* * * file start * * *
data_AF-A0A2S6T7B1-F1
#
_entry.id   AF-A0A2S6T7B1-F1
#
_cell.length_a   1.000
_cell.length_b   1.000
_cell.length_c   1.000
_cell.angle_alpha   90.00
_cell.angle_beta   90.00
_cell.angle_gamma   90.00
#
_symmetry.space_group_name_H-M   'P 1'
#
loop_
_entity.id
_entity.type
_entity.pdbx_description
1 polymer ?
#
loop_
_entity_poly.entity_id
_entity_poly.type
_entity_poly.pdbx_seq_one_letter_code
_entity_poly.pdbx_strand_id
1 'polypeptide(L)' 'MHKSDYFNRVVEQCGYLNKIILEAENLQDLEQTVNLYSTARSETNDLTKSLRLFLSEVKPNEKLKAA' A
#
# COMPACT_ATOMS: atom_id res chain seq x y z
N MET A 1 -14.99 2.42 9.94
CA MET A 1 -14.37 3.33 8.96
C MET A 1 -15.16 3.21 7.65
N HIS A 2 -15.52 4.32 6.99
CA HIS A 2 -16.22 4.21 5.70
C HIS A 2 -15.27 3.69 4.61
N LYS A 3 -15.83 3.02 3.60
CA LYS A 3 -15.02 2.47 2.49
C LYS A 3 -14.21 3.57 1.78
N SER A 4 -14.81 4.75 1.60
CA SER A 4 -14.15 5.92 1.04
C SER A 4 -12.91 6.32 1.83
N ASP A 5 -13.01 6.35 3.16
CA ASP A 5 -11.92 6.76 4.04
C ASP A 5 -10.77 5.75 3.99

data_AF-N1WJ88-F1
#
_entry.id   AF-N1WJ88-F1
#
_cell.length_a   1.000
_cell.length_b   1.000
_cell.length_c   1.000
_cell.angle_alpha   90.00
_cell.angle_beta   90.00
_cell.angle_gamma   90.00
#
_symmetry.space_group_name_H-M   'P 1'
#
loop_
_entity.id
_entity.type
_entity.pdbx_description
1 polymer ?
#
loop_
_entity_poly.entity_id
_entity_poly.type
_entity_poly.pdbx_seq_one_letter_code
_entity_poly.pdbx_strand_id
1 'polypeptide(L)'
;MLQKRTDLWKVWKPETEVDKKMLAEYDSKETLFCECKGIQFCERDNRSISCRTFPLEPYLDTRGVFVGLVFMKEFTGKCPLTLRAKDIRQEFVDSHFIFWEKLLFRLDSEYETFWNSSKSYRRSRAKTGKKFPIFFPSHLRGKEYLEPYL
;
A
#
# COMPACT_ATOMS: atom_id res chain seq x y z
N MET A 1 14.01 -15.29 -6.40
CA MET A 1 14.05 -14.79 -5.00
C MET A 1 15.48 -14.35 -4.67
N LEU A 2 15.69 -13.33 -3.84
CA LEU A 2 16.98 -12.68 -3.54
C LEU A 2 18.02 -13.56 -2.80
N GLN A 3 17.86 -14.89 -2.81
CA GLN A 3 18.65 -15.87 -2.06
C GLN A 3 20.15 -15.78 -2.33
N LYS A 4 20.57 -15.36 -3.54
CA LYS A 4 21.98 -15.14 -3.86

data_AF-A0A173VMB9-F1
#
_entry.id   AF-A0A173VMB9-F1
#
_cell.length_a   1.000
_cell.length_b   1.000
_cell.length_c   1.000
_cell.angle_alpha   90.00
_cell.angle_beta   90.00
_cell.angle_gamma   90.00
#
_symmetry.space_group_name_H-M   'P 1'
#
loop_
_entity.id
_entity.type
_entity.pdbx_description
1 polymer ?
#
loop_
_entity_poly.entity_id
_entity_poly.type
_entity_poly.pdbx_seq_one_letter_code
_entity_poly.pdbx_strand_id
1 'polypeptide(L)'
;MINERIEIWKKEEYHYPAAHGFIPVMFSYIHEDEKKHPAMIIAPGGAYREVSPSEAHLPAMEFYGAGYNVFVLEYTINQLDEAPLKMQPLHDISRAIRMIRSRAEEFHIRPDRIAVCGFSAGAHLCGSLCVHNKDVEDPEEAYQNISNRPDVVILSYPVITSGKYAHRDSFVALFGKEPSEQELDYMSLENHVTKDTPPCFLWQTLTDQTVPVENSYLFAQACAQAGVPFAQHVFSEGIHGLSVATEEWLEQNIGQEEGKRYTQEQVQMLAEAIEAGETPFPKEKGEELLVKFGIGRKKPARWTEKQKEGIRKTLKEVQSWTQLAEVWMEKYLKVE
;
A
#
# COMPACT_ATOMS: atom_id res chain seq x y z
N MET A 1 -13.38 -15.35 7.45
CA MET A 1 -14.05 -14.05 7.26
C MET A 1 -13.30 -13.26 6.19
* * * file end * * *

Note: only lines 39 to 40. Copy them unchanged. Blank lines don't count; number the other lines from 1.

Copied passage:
C SER A 4 -12.91 6.32 1.83
N ASP A 5 -13.01 6.35 3.16